A pair of portraits at Amsterdam’s Van Gogh Museum depicting Vincent and his brother Theo are the subject of a continuing identity debate. Painted in 1887, when Vincent was living in Montmartre with his brother Theo, both small pictures were long assumed to be self-portraits, with Vincent wearing two different hats. Then, eight years ago, the museum determined that the man with the felt hat was Vincent and the one with a straw hat was Theo.
The Art Newspaper can report that this theory will be challenged in an exhibition which opens in the autumn at the Noordbrabants Museum in s’Hertogenbosch (Den Bosch) in the Netherlands, Van Gogh’s Inner Circle: Friends, Family, Models (21 September-12 January 2020). Its guest curator, Sjraar van Heugten, knows the pair of portraits well, as an ex-head of collections at the Van Gogh Museum. Now an independent scholar, Van Heugten believes that his colleague has it the wrong way round. He argues that the man in the straw hat is Vincent and the one in the felt hat is Theo.
When the sitters’ identities were first challenged in 2011, it came as a considerable surprise. Vincent, a notoriously casual dresser, might have been expected to sport a straw hat, which would be comfortable for painting outside. Theo, a respectable art dealer, would surely have worn a more formal felt hat. Indeed, when Vincent was in Paris he apparently did not even own a felt hat, according to Theo’s brother-in-law.
The Amsterdam museum’s explanation eight years ago was that the two men had swapped hats, probably as “a joke”. Louis van Tilborgh, its senior researcher and a distinguished specialist on the artist’s Paris period, suggested that Vincent was playing on the fact that he often depicted himself in self-portraits with a straw hat. Exchanging hats with Theo was therefore a family jest. “It very much looks as if the brothers are wearing each other’s hats,” he concluded.
Van Tilborgh’s main evidence for determining that the man in the straw hat is Theo is the physical characteristics of the face. He pointed to the colour and shape of the beard, which is ochre (rather than the orange-red of Vincent), and it was respectably trimmed, rather than in Vincent’s more unkept style. The ear is also rounded, as in photographs of Theo, while Vincent’s other self-portraits suggest he had more fleshy ears.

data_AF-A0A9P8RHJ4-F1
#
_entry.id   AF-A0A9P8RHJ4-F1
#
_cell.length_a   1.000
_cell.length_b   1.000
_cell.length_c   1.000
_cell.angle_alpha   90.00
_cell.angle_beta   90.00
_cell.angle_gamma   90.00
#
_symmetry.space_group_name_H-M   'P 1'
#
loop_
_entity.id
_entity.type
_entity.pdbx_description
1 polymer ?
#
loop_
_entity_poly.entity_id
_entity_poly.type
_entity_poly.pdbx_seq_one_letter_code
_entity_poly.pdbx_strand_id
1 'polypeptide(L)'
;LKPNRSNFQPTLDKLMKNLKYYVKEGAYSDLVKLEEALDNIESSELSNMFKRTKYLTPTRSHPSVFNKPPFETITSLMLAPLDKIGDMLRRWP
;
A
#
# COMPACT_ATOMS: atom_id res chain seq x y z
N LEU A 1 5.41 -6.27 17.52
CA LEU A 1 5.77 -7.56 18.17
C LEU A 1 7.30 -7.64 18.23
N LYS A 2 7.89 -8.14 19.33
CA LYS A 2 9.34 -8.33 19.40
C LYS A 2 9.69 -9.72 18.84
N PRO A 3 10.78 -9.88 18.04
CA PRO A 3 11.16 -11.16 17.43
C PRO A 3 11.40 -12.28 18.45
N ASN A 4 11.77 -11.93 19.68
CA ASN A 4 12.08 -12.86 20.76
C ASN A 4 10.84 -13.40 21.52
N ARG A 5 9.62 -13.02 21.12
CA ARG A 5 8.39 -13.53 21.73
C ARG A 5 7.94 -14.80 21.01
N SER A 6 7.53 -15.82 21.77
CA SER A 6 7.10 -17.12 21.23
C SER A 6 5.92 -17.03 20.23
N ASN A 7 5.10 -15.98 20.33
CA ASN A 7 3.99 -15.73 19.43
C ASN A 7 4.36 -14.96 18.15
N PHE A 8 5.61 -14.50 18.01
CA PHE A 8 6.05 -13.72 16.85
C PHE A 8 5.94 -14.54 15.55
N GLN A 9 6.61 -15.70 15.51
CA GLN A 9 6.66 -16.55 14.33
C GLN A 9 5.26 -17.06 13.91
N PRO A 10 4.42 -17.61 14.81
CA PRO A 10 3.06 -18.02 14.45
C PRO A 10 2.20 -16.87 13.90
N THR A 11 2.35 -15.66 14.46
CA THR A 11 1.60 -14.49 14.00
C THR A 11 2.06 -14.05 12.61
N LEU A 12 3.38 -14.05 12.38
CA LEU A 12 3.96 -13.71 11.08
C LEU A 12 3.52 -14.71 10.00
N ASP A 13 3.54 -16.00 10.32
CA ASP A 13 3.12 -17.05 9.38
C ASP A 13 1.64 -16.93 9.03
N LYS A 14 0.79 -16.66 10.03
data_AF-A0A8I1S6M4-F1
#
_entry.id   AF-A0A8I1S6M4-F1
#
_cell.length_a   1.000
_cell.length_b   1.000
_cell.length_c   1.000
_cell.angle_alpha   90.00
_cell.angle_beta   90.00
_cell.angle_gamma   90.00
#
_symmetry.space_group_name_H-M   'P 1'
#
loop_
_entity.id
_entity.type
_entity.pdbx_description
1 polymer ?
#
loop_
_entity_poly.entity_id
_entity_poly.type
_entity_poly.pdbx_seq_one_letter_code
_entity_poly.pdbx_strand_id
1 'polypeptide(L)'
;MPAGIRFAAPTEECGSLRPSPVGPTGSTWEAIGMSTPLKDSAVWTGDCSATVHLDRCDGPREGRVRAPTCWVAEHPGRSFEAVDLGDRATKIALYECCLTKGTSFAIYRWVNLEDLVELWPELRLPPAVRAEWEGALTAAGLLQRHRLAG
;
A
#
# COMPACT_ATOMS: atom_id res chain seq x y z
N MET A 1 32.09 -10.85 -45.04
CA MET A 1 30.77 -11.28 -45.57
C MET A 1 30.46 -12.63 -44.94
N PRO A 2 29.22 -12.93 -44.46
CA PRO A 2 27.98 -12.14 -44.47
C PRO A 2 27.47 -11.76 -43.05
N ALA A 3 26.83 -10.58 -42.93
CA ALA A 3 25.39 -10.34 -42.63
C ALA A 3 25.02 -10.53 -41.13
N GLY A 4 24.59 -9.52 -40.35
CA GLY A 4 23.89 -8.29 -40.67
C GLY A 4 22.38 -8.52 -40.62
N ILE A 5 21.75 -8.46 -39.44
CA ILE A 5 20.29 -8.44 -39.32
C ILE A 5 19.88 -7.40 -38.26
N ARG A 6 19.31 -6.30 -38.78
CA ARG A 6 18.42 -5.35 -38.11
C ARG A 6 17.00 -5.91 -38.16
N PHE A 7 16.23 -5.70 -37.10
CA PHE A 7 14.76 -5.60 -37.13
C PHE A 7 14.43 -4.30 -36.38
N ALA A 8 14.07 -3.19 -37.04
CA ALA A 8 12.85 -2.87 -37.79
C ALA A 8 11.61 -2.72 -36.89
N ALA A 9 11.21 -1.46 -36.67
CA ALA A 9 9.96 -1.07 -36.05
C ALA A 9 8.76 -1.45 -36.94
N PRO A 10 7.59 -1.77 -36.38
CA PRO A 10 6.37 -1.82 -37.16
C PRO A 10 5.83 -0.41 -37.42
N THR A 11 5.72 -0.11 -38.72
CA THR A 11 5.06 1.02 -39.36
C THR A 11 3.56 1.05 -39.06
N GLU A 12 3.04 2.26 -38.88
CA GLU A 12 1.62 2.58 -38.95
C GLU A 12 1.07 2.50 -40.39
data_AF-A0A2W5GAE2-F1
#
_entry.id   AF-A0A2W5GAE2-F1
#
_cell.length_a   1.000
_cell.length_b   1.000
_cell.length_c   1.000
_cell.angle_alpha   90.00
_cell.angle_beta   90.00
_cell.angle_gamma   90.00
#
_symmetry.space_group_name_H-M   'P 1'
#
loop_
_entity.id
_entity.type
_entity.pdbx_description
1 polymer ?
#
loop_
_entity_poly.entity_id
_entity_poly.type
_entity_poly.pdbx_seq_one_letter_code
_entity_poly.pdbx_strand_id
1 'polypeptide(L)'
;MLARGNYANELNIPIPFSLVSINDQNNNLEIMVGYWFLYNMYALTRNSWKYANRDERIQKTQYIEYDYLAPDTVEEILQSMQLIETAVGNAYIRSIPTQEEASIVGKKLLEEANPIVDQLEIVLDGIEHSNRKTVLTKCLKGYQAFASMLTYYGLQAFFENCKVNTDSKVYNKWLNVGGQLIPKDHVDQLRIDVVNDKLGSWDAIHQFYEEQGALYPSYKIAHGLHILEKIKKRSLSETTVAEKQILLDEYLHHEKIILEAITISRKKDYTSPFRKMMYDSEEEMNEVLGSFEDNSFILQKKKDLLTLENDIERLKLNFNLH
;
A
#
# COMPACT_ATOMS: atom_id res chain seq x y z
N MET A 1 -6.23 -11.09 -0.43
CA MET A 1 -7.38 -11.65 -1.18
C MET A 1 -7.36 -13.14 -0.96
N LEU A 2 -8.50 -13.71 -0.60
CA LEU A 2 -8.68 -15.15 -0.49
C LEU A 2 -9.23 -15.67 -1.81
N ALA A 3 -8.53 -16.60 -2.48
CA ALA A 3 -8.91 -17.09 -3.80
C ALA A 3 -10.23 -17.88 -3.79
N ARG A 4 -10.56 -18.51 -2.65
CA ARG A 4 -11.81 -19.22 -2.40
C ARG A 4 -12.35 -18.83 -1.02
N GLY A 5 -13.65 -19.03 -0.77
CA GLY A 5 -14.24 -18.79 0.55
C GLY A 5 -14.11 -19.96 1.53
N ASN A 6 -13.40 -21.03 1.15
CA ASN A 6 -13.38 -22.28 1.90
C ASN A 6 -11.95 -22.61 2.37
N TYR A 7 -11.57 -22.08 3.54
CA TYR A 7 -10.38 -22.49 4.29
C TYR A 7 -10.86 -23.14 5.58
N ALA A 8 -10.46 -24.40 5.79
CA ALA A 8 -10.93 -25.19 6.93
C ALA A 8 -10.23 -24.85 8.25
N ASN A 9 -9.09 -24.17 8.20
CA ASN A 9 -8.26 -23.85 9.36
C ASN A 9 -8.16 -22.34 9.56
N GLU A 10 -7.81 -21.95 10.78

But Van Heugten tells The Art Newspaper: “It is unlikely that Vincent would have depicted Theo in rather nonchalant summer attire and himself dressed as a respectable gentleman.” He says that Theo had light grey-blue eyes, while Vincent’s self-portraits suggest that he had greenish eyes (Vincent’s were often portrayed as green, sometimes bluish, sometimes dark, but never greyish-blue as in the man with the felt hat). Another accepted self-portrait with a straw hat clearly shows Vincent with a green pupil (with blue in the rest of his other eye).
The Van Gogh Museum now concedes that Van Heugten may possibly be correct about the man with the straw hat, and it has given the picture a new title: Self-portrait or Portrait of Theo van Gogh. A statement published yesterday says: “In light of the fact that we are dealing with painted portraits and not photographs, it remains difficult to effectively weigh up arguments regarding physical similarities; after all, there are any number of reasons why the artist may have deviated from reality.” With this uncertainty, the museum has taken the unusual step of giving the painting a double title.
But disagreement still remains about the other portrait—the one with the felt hat. The Van Gogh Museum believes that it is a self-portrait, since it is so similar to another fully-accepted self-portrait in the Rijksmuseum.
The Noordbrabants Museum disagrees about the Van Gogh Museum’s portrait with the felt hat. In their exhibition, it will be displayed as Portrait of Theo van Gogh. With the two pictures with their different headgear hanging beside each other, visitors and scholars will have the opportunity to decide for themselves. No other Van Gogh portraits of Theo are known, so it is important to sort out which of the pair represents the artist’s younger brother. The difficulty is that the two brothers did look so alike.
The debate over the pair of paintings has echoes of a similar issue over a photograph. Until last November a photograph of a boy was always thought to be of Vincent, aged 13. Fresh research shows that it is in fact Theo, at 15.
Since Theo played such an important role in Vincent’s life, it is fascinating to know how he was portrayed by the artist. After the Noordbrabants exhibition the pair of paintings will return to the Van Gogh Museum where, as usual, they will be hung next to each other.
• Martin Bailey writes a weekly blog Adventures with Van Gogh, which returns after a summer break on 6 September